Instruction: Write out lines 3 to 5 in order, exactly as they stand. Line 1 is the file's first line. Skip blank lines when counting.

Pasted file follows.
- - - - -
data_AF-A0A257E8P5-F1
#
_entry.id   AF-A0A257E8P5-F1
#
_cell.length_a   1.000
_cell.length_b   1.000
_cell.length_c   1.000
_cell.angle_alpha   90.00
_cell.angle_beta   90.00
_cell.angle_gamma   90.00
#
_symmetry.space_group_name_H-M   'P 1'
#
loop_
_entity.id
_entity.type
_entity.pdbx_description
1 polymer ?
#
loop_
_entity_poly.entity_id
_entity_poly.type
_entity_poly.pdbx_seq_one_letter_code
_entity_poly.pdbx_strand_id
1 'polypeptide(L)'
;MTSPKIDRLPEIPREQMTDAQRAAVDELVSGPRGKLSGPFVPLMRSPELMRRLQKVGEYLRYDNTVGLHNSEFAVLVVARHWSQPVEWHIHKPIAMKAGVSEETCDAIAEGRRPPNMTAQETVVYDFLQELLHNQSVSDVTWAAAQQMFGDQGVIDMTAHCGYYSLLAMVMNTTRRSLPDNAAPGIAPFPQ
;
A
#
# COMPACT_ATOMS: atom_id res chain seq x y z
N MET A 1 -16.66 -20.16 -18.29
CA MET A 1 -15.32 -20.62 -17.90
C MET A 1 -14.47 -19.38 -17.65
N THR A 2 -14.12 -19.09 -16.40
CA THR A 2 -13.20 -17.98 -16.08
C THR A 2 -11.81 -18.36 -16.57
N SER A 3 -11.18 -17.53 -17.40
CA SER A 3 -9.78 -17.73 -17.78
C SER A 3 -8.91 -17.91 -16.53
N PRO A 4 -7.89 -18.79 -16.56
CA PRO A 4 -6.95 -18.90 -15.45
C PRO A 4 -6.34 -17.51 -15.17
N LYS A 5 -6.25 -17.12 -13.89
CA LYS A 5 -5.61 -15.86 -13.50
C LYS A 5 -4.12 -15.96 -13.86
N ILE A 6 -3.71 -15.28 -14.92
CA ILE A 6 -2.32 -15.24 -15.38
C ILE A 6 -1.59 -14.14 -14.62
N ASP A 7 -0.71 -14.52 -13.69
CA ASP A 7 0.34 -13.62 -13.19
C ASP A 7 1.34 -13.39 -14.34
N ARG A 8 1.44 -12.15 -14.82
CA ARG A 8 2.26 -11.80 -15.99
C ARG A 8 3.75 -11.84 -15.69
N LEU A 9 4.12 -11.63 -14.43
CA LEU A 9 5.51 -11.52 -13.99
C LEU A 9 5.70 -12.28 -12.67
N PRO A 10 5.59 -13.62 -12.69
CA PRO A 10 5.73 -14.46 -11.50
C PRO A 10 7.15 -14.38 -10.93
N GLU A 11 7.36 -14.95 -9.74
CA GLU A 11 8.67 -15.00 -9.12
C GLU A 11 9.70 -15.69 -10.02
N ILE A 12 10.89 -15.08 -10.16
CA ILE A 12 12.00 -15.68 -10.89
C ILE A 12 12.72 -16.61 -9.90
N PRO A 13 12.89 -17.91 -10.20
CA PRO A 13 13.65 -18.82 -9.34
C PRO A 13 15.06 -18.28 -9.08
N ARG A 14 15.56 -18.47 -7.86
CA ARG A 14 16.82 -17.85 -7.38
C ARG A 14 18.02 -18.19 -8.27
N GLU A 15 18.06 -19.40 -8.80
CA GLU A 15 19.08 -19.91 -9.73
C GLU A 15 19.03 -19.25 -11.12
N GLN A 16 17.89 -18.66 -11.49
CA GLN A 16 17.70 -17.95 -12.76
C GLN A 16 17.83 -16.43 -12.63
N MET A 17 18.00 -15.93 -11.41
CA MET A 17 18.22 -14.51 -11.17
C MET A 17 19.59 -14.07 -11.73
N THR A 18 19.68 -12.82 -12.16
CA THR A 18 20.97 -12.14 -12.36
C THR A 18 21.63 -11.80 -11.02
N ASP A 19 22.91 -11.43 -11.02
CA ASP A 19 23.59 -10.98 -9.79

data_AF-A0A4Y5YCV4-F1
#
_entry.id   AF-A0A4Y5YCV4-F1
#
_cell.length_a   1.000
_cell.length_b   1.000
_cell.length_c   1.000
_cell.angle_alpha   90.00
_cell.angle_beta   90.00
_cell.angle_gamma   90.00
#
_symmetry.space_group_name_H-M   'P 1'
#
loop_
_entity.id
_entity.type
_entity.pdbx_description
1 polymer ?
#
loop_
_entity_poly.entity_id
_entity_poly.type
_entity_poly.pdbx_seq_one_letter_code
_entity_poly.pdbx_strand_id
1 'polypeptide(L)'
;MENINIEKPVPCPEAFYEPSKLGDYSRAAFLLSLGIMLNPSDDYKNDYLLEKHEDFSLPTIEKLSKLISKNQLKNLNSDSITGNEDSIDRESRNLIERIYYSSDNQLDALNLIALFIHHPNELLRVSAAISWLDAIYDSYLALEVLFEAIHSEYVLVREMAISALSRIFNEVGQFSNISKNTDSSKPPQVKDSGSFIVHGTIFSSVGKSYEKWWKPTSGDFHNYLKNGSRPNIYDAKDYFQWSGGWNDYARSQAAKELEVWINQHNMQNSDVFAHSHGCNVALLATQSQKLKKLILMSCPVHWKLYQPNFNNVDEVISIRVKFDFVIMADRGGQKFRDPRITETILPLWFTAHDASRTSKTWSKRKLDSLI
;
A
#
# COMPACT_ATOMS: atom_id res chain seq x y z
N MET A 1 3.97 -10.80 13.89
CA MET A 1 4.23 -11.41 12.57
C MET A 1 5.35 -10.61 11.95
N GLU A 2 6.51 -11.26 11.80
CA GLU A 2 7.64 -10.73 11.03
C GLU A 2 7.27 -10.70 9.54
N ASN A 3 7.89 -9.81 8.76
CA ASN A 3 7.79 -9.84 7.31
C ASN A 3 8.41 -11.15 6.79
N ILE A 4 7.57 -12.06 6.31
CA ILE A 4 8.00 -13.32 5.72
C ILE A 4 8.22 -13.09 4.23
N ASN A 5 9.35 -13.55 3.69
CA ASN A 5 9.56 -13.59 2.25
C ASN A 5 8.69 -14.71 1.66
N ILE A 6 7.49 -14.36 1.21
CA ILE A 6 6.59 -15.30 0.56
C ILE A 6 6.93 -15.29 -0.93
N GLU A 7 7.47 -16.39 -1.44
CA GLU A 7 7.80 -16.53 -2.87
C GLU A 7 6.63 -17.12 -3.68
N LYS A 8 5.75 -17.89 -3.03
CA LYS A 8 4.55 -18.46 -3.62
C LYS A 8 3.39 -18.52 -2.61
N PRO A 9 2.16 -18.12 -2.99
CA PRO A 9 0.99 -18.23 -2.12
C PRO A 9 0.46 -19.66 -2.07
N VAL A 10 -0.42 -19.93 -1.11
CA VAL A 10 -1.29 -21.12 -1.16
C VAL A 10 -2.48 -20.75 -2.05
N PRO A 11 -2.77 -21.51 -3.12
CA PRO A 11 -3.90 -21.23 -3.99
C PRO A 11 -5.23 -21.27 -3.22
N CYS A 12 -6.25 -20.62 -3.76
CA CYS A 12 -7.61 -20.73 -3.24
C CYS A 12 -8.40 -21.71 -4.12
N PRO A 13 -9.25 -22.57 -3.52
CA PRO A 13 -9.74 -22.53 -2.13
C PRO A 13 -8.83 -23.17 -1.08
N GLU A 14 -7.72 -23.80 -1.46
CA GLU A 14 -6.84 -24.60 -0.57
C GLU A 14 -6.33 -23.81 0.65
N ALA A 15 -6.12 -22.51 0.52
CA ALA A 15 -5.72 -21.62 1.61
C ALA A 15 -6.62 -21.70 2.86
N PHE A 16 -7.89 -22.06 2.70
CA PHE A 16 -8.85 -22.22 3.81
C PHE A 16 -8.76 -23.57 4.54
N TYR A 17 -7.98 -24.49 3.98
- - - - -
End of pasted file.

_entry.id   AF-A0A257E8P5-F1
#
_cell.length_a   1.000